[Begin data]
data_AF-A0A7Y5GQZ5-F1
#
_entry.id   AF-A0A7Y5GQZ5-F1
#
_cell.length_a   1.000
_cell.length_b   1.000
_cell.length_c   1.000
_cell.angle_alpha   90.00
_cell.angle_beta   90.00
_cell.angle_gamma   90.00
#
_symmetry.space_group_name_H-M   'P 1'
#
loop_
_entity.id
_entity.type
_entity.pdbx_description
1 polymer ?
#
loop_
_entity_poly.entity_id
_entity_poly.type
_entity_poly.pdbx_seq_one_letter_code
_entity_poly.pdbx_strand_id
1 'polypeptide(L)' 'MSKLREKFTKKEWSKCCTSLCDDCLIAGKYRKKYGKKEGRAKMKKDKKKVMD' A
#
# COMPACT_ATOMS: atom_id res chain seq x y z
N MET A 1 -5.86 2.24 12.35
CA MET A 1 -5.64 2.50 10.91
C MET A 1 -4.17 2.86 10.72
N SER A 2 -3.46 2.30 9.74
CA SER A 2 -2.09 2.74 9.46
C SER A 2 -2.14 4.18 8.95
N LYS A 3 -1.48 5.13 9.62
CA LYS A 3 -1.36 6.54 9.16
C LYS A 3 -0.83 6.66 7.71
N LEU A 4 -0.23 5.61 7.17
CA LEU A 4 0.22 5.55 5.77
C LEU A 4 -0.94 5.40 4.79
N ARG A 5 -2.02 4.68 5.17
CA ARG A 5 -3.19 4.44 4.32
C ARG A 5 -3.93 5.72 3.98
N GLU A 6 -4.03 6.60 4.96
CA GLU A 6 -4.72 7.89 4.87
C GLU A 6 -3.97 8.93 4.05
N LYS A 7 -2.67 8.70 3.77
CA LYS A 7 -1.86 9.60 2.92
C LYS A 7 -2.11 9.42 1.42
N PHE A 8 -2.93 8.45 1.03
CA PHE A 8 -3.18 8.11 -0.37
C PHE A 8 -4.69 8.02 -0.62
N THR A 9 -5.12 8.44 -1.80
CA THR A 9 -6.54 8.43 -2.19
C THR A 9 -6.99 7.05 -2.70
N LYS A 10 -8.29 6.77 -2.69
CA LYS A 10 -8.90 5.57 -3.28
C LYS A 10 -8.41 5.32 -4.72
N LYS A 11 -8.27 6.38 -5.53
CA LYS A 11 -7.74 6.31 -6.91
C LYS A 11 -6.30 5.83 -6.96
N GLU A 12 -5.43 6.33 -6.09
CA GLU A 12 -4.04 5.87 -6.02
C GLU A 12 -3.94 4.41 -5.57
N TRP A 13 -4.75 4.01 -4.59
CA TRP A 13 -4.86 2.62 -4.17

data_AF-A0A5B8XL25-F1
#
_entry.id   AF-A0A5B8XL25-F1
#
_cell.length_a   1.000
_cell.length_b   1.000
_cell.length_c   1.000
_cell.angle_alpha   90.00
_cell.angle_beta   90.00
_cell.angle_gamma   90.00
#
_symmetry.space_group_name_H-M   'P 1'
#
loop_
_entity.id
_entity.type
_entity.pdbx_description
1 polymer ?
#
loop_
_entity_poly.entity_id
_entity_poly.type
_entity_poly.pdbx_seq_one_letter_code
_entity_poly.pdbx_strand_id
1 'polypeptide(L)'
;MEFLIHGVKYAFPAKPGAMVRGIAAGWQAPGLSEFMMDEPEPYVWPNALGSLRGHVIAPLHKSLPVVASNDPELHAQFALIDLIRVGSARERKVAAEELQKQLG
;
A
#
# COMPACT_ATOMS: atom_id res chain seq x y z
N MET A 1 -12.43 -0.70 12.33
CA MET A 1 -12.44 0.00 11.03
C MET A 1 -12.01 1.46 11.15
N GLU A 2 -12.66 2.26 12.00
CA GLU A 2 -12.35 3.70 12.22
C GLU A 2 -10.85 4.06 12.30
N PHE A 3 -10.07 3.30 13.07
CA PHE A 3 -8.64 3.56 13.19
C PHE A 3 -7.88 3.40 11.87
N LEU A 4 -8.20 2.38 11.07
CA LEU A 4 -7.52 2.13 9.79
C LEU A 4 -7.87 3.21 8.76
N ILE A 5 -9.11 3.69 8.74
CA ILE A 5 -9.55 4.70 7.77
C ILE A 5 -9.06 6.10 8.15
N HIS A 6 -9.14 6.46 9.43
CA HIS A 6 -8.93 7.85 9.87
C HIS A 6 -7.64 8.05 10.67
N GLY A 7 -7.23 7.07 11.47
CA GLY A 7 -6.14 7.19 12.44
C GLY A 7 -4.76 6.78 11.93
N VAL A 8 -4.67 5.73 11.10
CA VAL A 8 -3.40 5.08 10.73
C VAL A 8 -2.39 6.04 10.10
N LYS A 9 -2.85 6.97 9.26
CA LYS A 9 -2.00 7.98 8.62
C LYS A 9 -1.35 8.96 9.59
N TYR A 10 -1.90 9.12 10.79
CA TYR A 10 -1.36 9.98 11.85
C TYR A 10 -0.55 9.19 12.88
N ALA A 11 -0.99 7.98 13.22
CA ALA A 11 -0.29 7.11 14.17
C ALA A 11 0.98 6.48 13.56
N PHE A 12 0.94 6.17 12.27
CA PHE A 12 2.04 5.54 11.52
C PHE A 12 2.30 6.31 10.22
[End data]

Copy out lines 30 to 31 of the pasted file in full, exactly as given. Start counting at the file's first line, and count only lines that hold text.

C MET A 1 -4.17 2.86 10.72
N SER A 2 -3.46 2.30 9.74